scientists such as Isaac Newton or Michael Faraday, reformers such as Elizabeth Fry or William Wilberforce, medical pioneers such as William Harvey or Florence Nightingale, or creative geniuses such as Isambard Kingdom Brunel or Christina Rossetti key events in the past that are significant nationally and globally, particularly those that coincide with festivals or other events that are commemorated throughout the year significant historical events, people and places in their own locality.
    <u>For KS2 this is to be:</u>

    Pupils should be taught about the ancient civilisations of Greece and Rome. In addition, across Key Stages 2 and 3, pupils should be taught the essential chronology of Britain&rsquo;s history. This will serve as an essential frame of reference for more in - depth study. Pupils should be made aware that history takes many forms, including cultural, economic, military, political, religious and social history. Pupils should be taught about key dates, events and significant individuals. They should also be given the opportunity to study local history. Pupils should be taught the following chronology of British history sequentially: early Britons and settlers, including: the Stone, Bronze and Iron Ages Celtic culture and patterns of settlement Roman conquest and rule including: Caesar, Augustus, and Claudius Britain as part of the Roman Empire the decline and fall of the Western Roman Empire Anglo-Saxon and Viking settlement, including: the Heptarchy, the spread of Christianity, key developments in the reigns of Alfred, Athelstan, *** and Edward the Confessor, the Norman Conquest and Norman rule, including: the Domesday Book, feudalism, Norman culture, the Crusades, Plantagenet rule in the 12th and 13th centuries, including:key developments in the reign of Henry II, including the murder of Thomas Becket, Magna Carta, de Montfort's Parliament, relations between England, Wales, Scotland and France, including: William Wallace, Robert the Bruce, Llywelyn and Dafydd ap Gruffydd, the Hundred Years War, Life in 14th century England, including: chivalry, the Black Death, the Peasants&rsquo; Revolt, the later Middle Ages and the early modern period including: Chaucer and the revival of learning, Wycliffe&rsquo;s Bible, Caxton and the introduction of the printing press, the Wars of the Roses, Warwick the Kingmaker, the Tudor period, including religious strife and Reformation in the reigns of Henry VIII, Edward VI, and Mary,Elizabeth I's reign and English expansion including: colonisation of the New World ,plantation of Ireland,conflict with Spain, the Renaissance in England, including the lives and works of individuals such as Shakespeare and Marlowe, the Stuart period including: the Union of the Crowns, King versus Parliament, Cromwell's commonwealth, the Levellers and the Diggers, the restoration of the monarch, the Great Plague and the Great Fire of London, Samuel Pepys and the establishment of the Royal Navy, ?he Glorious Revolution, constitutional monarchy and the Union of the Parliaments,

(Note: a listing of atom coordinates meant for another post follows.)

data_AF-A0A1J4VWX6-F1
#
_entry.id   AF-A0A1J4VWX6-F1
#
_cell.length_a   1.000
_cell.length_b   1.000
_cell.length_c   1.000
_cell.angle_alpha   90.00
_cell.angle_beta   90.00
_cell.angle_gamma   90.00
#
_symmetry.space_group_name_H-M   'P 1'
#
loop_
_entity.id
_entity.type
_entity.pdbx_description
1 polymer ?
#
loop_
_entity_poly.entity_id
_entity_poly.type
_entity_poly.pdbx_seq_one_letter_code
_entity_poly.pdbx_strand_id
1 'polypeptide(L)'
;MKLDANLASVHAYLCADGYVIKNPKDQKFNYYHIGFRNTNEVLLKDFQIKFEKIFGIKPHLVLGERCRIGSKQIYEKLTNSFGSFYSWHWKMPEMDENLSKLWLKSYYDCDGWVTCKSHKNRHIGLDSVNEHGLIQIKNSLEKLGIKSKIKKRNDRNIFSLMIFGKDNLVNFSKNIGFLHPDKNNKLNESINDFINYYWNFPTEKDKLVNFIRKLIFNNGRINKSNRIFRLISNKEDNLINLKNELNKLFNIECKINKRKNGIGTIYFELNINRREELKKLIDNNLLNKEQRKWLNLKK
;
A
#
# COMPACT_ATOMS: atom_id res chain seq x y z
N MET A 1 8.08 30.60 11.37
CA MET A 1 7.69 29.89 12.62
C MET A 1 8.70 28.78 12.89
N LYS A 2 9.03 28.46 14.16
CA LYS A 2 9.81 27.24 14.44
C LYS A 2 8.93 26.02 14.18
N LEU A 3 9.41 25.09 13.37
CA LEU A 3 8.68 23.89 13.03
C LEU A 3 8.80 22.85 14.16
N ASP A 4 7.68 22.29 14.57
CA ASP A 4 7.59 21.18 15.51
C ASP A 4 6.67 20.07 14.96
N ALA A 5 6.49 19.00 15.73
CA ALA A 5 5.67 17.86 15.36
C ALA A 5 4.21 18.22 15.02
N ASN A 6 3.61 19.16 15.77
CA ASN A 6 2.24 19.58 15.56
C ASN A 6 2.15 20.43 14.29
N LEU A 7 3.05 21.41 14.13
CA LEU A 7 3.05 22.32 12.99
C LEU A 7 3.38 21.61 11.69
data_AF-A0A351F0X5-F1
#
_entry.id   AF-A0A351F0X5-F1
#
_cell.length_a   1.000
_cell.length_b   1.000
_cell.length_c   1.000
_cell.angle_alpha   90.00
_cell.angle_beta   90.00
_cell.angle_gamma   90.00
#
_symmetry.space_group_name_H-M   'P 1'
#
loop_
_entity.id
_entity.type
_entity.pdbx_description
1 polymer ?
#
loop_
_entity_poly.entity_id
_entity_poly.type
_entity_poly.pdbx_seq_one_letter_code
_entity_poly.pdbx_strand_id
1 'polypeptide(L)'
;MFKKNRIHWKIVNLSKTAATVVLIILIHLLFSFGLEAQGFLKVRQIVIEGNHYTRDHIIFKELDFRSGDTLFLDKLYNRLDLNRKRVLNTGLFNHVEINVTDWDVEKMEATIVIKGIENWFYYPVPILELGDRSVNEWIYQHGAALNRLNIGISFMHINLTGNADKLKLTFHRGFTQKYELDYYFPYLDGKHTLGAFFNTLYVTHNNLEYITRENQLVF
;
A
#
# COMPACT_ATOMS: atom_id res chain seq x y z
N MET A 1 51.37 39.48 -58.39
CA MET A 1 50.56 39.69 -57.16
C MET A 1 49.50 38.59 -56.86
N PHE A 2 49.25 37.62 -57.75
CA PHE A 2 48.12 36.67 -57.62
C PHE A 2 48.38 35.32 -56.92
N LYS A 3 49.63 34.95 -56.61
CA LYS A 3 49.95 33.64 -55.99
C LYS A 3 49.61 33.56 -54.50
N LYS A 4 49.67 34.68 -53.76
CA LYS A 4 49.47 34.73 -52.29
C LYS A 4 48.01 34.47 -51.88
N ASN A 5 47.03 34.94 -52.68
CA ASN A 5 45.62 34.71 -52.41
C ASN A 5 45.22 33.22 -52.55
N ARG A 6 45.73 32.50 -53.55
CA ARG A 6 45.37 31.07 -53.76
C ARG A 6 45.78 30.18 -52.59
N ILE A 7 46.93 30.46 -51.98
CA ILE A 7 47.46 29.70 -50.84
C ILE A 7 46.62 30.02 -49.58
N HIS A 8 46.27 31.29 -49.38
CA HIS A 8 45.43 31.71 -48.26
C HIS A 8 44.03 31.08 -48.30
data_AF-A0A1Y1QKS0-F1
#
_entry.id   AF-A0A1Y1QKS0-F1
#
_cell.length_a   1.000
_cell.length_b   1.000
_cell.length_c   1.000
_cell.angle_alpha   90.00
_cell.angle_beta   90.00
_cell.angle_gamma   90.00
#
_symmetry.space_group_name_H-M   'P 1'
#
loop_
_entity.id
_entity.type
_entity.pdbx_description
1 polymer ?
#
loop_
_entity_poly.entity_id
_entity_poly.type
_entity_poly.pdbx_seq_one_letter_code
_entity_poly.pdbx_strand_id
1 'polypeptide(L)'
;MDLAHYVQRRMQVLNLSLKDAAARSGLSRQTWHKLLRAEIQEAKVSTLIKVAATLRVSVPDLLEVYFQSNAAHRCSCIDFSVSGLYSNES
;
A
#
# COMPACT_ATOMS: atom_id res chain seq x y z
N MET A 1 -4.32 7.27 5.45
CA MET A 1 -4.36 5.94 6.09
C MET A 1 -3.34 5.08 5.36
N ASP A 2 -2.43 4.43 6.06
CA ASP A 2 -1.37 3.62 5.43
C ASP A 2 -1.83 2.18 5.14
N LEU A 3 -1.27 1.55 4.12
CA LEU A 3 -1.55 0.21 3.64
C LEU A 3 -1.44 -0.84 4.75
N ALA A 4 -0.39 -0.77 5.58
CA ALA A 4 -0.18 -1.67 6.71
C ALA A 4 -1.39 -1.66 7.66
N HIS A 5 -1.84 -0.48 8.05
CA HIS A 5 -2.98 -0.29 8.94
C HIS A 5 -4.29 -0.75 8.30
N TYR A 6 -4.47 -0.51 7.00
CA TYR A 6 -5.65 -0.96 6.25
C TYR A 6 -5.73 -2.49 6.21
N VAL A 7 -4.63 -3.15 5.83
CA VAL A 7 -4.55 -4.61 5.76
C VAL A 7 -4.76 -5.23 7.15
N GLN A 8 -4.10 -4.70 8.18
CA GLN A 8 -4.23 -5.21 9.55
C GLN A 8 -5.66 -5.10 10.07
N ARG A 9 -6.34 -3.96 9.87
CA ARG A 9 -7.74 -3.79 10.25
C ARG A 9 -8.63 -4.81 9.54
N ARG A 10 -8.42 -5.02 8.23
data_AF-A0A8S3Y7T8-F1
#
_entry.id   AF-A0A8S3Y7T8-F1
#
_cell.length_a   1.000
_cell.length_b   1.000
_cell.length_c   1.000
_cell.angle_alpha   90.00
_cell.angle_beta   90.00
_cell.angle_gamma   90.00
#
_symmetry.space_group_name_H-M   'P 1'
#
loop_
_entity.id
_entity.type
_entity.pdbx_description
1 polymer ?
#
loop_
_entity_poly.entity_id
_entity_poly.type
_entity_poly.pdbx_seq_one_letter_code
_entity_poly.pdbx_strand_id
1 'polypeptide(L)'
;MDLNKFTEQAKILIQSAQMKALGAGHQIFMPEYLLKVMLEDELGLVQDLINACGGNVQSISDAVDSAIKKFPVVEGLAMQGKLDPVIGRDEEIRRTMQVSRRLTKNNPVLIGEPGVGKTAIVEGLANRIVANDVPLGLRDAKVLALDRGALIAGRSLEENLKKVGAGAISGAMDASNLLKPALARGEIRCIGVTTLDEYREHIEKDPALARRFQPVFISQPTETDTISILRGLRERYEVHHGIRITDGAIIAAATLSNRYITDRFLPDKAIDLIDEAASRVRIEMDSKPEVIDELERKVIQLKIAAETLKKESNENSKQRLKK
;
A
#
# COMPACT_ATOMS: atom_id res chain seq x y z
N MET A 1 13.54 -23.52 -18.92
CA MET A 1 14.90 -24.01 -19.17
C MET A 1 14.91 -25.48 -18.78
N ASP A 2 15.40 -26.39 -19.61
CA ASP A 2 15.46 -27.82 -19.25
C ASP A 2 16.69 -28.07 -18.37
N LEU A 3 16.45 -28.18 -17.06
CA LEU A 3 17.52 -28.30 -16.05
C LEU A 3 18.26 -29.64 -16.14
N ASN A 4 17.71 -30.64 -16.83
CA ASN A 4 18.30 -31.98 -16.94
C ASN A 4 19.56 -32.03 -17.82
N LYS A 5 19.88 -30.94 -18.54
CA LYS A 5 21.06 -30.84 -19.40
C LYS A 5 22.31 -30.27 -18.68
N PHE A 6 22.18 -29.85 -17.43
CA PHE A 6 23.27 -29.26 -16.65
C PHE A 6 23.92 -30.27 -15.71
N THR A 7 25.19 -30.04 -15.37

Now, after 30+ years of teaching History I'm pretty certain that this amount of content will take a bit more than a 'dance' or time travel adventure' to teach, especially if pupils are expected to know, apply and understand the content...
  17. "especially if they are to know apply and understand!!!" ............. Showing your age there, you just don't get it do you?........the time travel adventure HELPS THEM UNDERSTAND BETTER, HELPS THEM REMEMBER MORE.........
    "more than just a dance is needed"........ I knew everyone who was complaining about there being no creative elements were the teachers who needed their creative methods spoon fed to them in a curriculum (which don't forget is there to tell us what to teach, not how).........
    Right, well you just keep teaching how you have for the past 30 years (well done), and I'll keep giving my kids experiential learning that they'll remember and enjoy. I had to teach about Blackbeard this year and I staged a break in into the class and pretended it was a pirate (feathers left lying around, and earrings, and one footprint etc) we got the police to come in and dust for prints, then they asked us to research this scoundrel to help find him. Kids bought it a treat and we got a dialogue going with Blackbeard through tea stained letters and maps. Ended up with us fininding our stuff buried in the school field. Now it didn't say anything about That in the current curriculum.....get my drift?

    You haven't answered my original point either way.

    Plus the curriculum for history says only some of that needs covered in depth.
  18. Morninglover

    Morninglover Lead commenter

    Shouting doesn't impress me much - makes me suspect you know s*d all about how to implement this, and are just a pro-Gove troll...
    Grow up...many of us who complain about these proposals have honed our pedagogical skills on several earlier versions of the NC, humanising them and making them work so that History is, as OfSTED has said, a very well taught subject.
    Funnily enough, over 30 years, I've seen the wheel turn full circle...more than once probably.
    Finished blowing your trumpet? May have been a good lesson (but I seldom trust what a teacher says about how successful he/she is...) but fancy doing this for all the topics here?
    Funnily enough Blackbeard isn't on the NC, and I'm not sure Mr Gove would approve of that choice of topic...
    Not Mr Gove's proposals. I suggest you read it before you comment again...

  19. Wow, you insulted me and failed to answer any of my points. This would never do under the new public speaking and debate strand of the English curriculum.

    I'm sorry if I touched a nerve by suggesting you need your creative teaching methods spoonfed to you. I'm also sorry if I've made you feel a bit old with my descriptions of my methods. I do that kind of thing all day every day in every lesson and trust me, as ofsted says, it's outstanding. I guess I've just got more energy, enthusiasm, and positivity than some teachers. You keep teaching your way and I'll keep teaching mine. I'm very happy about that and you seem rather frustrated and angry.

    Let's just agree to be different. I would honestly rather hear from someone else who could discuss this curriculum with me without having to argue, belittle, or project insecurities.
  20. clear_air

    clear_air New commenter

    heh heh

Share This Page